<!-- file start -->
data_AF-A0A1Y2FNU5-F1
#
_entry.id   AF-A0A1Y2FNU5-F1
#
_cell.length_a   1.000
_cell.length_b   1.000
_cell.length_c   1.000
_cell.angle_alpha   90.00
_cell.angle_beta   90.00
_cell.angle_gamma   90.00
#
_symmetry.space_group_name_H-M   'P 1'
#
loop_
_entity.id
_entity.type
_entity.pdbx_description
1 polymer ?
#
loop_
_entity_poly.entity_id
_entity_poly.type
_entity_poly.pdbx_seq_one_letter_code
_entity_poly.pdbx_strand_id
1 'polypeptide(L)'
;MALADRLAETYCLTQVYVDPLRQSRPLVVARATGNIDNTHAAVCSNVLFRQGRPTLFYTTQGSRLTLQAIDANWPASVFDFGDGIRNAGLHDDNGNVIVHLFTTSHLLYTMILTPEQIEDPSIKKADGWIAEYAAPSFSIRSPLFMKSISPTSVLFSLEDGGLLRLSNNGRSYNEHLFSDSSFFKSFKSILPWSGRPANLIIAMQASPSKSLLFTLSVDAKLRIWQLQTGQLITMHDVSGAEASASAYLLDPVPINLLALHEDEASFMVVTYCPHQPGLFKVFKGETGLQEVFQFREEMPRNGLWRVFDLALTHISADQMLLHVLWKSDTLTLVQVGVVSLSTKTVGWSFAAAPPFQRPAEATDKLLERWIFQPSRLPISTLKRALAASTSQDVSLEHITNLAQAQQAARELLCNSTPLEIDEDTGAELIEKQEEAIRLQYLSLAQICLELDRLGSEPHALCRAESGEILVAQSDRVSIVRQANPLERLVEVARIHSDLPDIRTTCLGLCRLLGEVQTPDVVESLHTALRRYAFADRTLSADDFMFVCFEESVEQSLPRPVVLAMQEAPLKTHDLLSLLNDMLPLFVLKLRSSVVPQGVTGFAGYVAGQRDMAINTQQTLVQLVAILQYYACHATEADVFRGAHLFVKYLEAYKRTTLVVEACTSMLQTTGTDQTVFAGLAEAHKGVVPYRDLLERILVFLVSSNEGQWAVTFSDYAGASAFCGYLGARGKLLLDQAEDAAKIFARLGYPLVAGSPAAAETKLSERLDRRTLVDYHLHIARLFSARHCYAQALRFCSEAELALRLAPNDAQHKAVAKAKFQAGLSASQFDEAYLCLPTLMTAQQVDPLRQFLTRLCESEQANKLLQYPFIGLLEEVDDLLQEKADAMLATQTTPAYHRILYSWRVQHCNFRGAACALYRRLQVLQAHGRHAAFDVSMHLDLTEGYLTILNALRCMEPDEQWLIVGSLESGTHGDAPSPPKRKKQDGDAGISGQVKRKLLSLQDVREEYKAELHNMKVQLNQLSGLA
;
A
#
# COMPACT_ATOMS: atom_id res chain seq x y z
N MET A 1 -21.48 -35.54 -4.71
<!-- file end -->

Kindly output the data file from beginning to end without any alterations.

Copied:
data_AF-A0A1Y2FNU5-F1
#
_entry.id   AF-A0A1Y2FNU5-F1
#
_cell.length_a   1.000
_cell.length_b   1.000
_cell.length_c   1.000
_cell.angle_alpha   90.00
_cell.angle_beta   90.00
_cell.angle_gamma   90.00
#
_symmetry.space_group_name_H-M   'P 1'
#
loop_
_entity.id
_entity.type
_entity.pdbx_description
1 polymer ?
#
loop_
_entity_poly.entity_id
_entity_poly.type
_entity_poly.pdbx_seq_one_letter_code
_entity_poly.pdbx_strand_id
1 'polypeptide(L)'
;MALADRLAETYCLTQVYVDPLRQSRPLVVARATGNIDNTHAAVCSNVLFRQGRPTLFYTTQGSRLTLQAIDANWPASVFDFGDGIRNAGLHDDNGNVIVHLFTTSHLLYTMILTPEQIEDPSIKKADGWIAEYAAPSFSIRSPLFMKSISPTSVLFSLEDGGLLRLSNNGRSYNEHLFSDSSFFKSFKSILPWSGRPANLIIAMQASPSKSLLFTLSVDAKLRIWQLQTGQLITMHDVSGAEASASAYLLDPVPINLLALHEDEASFMVVTYCPHQPGLFKVFKGETGLQEVFQFREEMPRNGLWRVFDLALTHISADQMLLHVLWKSDTLTLVQVGVVSLSTKTVGWSFAAAPPFQRPAEATDKLLERWIFQPSRLPISTLKRALAASTSQDVSLEHITNLAQAQQAARELLCNSTPLEIDEDTGAELIEKQEEAIRLQYLSLAQICLELDRLGSEPHALCRAESGEILVAQSDRVSIVRQANPLERLVEVARIHSDLPDIRTTCLGLCRLLGEVQTPDVVESLHTALRRYAFADRTLSADDFMFVCFEESVEQSLPRPVVLAMQEAPLKTHDLLSLLNDMLPLFVLKLRSSVVPQGVTGFAGYVAGQRDMAINTQQTLVQLVAILQYYACHATEADVFRGAHLFVKYLEAYKRTTLVVEACTSMLQTTGTDQTVFAGLAEAHKGVVPYRDLLERILVFLVSSNEGQWAVTFSDYAGASAFCGYLGARGKLLLDQAEDAAKIFARLGYPLVAGSPAAAETKLSERLDRRTLVDYHLHIARLFSARHCYAQALRFCSEAELALRLAPNDAQHKAVAKAKFQAGLSASQFDEAYLCLPTLMTAQQVDPLRQFLTRLCESEQANKLLQYPFIGLLEEVDDLLQEKADAMLATQTTPAYHRILYSWRVQHCNFRGAACALYRRLQVLQAHGRHAAFDVSMHLDLTEGYLTILNALRCMEPDEQWLIVGSLESGTHGDAPSPPKRKKQDGDAGISGQVKRKLLSLQDVREEYKAELHNMKVQLNQLSGLA
;
A
#
# COMPACT_ATOMS: atom_id res chain seq x y z
N MET A 1 -21.48 -35.54 -4.71